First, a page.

Brian O’Neill, a Laboratory fellow at Pacific Northwest National Laboratory (PNNL) and a chief scientist at the Joint Global Change Research Institute, has been named to the Climate Security Roundtable established by the National Academies of Sciences, Engineering, and Medicine.
The Roundtable brings together experts across different sectors to support the Climate Security Advisory Council, an existing partnership between the intelligence and federal science communities. The goal of these groups is to better understand and predict the effects of climate change on national security interests.
“Climate security is a complex and increasingly critical area of research,” said O’Neill. “Understanding the risks posed by a changing climate requires collaboration across disciplines and subject areas. I’m excited for the discussion and collaborations that will emerge from this group.”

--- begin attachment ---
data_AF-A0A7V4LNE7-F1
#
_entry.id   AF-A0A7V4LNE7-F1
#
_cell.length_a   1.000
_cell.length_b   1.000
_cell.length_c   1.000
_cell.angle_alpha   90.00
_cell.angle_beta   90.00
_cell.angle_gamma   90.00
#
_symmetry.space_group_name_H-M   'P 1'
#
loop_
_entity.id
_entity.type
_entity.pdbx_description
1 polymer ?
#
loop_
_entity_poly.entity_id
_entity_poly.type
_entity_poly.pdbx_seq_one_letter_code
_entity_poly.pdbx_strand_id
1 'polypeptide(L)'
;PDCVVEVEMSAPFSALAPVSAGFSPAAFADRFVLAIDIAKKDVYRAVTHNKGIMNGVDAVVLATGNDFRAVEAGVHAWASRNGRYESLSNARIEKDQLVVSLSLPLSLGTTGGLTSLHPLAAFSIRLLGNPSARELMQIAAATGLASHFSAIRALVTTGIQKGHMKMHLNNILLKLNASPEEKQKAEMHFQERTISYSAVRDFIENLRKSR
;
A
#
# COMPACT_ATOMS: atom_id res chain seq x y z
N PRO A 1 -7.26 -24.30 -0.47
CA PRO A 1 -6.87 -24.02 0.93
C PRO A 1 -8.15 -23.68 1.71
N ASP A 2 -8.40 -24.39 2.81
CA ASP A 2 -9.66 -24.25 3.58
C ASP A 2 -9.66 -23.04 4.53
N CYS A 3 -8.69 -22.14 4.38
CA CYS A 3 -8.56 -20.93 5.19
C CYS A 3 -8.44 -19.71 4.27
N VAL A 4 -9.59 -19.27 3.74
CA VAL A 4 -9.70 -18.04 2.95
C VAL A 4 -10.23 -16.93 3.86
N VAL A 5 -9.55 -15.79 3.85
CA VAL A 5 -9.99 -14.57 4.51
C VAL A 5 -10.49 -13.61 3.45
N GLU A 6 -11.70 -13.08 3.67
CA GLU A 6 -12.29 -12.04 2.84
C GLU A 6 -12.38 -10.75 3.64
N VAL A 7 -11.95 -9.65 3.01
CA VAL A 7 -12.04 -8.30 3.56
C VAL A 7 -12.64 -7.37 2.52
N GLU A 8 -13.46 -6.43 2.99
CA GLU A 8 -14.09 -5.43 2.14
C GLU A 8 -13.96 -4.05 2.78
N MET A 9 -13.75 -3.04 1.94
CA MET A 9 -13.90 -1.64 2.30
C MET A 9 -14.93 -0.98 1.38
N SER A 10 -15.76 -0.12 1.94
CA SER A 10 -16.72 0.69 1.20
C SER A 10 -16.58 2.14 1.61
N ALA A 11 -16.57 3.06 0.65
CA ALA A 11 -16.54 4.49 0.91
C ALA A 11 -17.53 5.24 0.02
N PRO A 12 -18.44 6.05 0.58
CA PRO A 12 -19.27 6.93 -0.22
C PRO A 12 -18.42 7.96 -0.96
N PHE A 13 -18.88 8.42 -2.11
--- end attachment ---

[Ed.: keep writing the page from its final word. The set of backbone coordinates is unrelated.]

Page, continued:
Appointment to a National Academies of Sciences, Engineering, and Medicine Roundtable represents recognition as a national leader in a subject area. This Roundtable includes experts from academia, the public sector, and the private sector.
O’Neill’s work models how changing societal factors are affected by and influence the climate. O’Neill was a leader in developing the Shared Socioeconomic Pathways, which have been broadly adopted by the climate science community as scenarios of future human development. O’Neill also recently co-authored an Intergovernmental Panel on Climate Change report.
O’Neill began at PNNL and the Joint Global Change Research Institute in 2020. Prior to joining PNNL, O’Neill was a professor at the Josef Korbel School of International Studies at the University of Denver and served as director of research at the Korbel School’s Pardee Center for International Futures. O’Neill led research groups on integrated assessment modeling and on climate and human systems at the U.S. National Center for Atmospheric Research and on population and climate change at the International Institute for Applied Systems Analysis.